I shared a few monochrome images recently, and also talked about which underwater subjects look good in black and white. This time, I thought I’d look at some shipwreck images.
The main image was taken on a wreck in the Mediterranean. As you can see the propeller makes for a strong image. I’ve also worked with my dive guide to ensure he looks as if he is exploring. Whilst this image looks to be taken in the deep, it was actually fairly shallow (around 25m), I’ve made it look darker and a bit more atmospheric by reducing the amount of blue light, in Photoshop’s easy to use Black and White conversion tool. Yellow and red sliders were used to bring out the detail on the prop. In ‘proper’ light the wreck is covered in red and yellow encrusting sponges.
The shot below, whilst technically not a shipwreck (it’s an aircraft engine from WW2), was edited in the same way as the one above.
For imagery of complete shipwrecks, you need two things: great visibility and locations with a lot of shipping. The approaches and moorings that eventually lead to the Suez Canal are excellent for wreck hunters. The image below features a famous wreck, the Giannis D, which sank in the northern Red Sea in the 1980s.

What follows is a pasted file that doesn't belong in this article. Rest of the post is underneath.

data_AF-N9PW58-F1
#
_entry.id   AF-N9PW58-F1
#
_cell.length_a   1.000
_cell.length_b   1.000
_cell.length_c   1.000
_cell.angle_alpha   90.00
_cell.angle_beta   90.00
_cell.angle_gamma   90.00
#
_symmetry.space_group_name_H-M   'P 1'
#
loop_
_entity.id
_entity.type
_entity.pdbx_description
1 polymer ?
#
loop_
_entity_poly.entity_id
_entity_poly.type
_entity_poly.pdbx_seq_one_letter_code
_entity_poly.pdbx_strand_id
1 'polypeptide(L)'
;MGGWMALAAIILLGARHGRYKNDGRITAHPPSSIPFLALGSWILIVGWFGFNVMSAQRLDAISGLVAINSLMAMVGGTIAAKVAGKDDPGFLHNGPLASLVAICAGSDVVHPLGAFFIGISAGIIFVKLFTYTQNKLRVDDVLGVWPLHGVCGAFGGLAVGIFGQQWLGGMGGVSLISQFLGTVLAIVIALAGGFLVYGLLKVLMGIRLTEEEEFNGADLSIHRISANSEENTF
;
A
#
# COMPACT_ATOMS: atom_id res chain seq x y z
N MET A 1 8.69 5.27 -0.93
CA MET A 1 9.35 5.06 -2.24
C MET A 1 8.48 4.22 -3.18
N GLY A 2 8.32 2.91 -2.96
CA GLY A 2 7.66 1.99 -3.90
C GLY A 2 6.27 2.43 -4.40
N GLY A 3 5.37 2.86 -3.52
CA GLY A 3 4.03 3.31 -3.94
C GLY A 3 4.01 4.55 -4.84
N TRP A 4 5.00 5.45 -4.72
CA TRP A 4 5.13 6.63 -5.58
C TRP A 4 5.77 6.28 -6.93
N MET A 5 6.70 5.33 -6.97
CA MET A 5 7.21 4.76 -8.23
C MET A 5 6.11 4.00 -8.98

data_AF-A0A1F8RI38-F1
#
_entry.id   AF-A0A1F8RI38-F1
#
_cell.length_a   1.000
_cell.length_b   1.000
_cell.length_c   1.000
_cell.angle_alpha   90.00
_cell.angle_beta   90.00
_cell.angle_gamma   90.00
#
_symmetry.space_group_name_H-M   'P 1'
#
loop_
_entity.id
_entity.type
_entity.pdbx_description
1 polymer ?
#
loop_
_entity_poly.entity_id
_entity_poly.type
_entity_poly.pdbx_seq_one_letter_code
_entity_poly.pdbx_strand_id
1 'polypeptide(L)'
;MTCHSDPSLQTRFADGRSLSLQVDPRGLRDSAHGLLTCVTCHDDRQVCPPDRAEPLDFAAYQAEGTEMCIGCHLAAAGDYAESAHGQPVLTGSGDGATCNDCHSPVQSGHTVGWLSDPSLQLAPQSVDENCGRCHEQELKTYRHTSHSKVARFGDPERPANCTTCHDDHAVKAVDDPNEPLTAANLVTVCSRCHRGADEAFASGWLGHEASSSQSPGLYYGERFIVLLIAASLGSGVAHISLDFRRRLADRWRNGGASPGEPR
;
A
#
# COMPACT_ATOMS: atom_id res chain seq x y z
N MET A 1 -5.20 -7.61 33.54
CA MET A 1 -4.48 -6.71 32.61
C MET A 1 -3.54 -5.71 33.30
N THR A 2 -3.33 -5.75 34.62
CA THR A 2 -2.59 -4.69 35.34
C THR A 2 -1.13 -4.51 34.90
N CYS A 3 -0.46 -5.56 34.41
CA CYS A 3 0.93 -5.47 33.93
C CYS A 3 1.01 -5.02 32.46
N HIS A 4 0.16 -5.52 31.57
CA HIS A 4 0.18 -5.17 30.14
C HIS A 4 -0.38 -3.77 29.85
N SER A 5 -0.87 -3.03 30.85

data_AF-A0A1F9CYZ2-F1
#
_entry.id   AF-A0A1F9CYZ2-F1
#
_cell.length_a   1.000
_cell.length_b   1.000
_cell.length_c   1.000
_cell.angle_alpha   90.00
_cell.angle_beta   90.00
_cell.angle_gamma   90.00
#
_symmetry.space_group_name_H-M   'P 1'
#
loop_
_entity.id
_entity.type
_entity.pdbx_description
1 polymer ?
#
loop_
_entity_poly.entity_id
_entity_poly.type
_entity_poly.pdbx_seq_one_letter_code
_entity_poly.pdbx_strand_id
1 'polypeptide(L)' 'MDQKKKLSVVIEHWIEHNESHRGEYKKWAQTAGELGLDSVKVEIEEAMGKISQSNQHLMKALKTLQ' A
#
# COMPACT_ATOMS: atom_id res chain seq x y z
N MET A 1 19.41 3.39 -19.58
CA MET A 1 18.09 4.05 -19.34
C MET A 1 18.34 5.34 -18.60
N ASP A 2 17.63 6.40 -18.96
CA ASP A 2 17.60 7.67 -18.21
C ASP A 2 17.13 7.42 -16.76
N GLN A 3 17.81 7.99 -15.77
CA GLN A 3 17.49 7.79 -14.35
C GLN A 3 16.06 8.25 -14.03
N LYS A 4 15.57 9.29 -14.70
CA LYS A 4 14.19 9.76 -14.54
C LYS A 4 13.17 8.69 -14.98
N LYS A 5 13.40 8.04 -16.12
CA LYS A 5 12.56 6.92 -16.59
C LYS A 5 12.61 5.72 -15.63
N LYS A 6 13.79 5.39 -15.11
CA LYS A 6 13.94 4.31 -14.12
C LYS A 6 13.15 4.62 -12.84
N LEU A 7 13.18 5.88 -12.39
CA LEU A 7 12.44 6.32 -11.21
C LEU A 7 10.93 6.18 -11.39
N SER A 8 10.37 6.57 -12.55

This shot of the stern of the Giannis D is commonly seen in many portfolios of divers who’ve been in this part of the world. Disappointingly, the bow is very mangled and increasingly part of the reef the ship ran into. With this image, I did little other than increase the contrast before removing the color.
The smaller and much more ephemeral wreck below was taken in much murkier waters in Greece. This is a Kaiki, a traditional wooden fishing vessel from Greek waters. I imagine little is left of it now, as wood does not survive long in salt water.
As you can see, the water is very turbid, but I quite like the way this modest vessel appears quite ghost like, fittingly perhaps, as it will be ephemeral.